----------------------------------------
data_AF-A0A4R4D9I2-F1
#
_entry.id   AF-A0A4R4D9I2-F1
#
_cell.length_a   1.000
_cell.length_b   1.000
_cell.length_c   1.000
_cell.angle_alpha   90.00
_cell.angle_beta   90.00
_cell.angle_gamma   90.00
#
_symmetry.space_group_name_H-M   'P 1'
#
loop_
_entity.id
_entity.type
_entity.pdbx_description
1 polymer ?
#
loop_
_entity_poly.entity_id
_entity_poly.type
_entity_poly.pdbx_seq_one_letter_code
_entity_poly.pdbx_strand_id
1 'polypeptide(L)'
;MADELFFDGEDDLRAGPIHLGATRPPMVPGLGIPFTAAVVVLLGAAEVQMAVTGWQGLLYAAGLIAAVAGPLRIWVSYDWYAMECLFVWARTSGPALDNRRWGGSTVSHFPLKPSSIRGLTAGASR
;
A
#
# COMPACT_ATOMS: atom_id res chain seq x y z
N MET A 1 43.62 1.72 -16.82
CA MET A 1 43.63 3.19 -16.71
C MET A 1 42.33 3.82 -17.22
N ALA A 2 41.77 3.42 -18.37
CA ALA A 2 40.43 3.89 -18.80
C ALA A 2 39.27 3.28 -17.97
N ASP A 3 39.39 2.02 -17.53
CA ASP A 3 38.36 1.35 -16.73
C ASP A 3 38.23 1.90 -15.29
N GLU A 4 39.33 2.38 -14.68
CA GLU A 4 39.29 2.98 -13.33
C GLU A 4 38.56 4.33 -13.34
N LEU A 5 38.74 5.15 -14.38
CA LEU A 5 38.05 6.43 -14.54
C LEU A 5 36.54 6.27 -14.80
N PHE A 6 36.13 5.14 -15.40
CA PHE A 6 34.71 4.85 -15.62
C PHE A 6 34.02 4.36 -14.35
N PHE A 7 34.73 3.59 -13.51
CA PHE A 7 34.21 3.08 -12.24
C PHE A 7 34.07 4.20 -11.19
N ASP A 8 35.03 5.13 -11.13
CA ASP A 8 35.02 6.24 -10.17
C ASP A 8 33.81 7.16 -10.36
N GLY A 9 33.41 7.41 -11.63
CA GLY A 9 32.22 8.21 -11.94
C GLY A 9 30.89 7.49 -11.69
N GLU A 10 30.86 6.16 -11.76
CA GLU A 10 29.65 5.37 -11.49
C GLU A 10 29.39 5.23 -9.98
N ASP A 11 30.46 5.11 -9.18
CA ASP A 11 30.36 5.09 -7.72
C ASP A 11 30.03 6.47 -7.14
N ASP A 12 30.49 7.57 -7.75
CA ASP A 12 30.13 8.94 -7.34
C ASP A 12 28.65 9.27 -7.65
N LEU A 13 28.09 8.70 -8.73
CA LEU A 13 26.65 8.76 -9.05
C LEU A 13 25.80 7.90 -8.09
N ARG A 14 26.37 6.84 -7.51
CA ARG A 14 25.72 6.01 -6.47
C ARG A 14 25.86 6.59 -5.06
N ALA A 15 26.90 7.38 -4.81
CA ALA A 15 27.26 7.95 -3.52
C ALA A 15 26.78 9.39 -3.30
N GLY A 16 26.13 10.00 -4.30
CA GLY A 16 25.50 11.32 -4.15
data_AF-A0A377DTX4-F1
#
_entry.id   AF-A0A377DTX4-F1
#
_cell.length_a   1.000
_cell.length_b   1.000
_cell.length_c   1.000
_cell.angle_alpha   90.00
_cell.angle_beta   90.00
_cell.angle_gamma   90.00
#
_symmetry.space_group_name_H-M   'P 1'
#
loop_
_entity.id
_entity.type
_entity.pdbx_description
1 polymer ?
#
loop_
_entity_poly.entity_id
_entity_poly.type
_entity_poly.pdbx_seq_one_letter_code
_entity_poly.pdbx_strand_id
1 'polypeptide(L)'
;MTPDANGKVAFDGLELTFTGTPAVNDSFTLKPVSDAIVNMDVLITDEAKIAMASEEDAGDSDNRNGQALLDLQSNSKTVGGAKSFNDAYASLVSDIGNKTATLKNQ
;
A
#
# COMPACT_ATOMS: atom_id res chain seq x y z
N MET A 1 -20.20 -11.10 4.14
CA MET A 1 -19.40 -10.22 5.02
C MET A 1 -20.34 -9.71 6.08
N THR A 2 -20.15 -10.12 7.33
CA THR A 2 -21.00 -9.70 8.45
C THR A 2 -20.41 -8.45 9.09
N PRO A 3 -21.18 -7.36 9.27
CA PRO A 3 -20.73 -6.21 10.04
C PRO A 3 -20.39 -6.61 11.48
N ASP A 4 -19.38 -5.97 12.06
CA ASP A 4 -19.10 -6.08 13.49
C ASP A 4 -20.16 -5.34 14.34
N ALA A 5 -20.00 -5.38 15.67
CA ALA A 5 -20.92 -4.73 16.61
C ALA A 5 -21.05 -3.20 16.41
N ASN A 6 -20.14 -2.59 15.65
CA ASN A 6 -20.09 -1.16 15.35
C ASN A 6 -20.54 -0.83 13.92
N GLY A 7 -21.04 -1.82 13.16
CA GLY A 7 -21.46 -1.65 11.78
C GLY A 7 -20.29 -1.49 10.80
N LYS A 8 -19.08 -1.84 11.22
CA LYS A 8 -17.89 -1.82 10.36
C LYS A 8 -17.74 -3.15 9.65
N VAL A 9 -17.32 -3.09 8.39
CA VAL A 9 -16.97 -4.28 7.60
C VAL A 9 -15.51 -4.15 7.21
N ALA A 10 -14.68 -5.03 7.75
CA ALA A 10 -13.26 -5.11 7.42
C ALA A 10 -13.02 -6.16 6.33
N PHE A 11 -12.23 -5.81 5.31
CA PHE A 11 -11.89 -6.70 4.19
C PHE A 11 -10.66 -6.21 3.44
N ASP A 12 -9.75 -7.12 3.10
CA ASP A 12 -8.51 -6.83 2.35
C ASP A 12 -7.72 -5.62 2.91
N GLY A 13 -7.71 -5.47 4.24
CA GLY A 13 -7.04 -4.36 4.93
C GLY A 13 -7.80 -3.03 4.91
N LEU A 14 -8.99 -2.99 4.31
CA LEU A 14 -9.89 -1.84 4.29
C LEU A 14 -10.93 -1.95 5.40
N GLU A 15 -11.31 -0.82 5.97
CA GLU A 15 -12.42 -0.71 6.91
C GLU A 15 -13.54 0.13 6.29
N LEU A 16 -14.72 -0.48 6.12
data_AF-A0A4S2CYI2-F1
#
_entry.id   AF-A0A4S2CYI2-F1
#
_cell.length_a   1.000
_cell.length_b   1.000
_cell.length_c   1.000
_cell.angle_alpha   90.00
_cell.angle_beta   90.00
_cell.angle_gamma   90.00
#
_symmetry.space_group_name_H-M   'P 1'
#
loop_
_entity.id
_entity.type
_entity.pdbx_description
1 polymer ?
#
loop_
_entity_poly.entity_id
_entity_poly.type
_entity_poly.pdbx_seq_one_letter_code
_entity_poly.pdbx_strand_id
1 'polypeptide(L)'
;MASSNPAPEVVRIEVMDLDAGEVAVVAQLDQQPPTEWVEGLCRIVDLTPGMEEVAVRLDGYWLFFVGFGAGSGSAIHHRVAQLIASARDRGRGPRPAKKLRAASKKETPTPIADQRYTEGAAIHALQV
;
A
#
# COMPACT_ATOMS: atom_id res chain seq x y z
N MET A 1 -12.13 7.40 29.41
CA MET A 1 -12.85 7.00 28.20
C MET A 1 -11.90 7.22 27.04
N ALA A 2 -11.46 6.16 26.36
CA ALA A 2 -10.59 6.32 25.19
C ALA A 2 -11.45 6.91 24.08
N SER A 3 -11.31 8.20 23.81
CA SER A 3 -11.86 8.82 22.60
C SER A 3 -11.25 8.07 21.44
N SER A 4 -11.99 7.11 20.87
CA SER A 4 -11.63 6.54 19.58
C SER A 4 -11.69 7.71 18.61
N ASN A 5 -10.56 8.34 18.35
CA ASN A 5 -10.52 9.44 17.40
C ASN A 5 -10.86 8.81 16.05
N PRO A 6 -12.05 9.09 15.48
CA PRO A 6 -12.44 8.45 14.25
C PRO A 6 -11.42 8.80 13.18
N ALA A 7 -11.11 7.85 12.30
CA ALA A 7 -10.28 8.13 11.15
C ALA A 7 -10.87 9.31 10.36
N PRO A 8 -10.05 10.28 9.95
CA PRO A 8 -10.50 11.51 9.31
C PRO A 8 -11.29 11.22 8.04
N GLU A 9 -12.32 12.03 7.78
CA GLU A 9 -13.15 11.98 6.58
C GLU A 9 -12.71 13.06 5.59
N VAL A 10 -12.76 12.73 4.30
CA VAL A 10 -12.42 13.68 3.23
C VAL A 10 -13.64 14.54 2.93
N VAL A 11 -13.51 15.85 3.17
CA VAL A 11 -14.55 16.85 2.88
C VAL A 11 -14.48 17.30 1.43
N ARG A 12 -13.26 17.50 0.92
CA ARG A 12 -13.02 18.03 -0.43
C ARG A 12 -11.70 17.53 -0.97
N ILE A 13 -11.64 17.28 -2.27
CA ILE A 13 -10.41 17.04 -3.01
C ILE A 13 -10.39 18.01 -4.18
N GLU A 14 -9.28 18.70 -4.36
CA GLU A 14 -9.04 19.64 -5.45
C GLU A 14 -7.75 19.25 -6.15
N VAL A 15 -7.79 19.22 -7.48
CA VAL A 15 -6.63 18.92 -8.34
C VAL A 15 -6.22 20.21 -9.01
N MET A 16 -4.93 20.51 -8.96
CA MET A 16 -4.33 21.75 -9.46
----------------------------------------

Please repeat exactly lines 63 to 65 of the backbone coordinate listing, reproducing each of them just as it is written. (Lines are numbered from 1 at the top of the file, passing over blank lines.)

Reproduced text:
C ASP A 11 30.03 6.47 -7.14
N ASP A 12 30.49 7.57 -7.75
CA ASP A 12 30.13 8.94 -7.34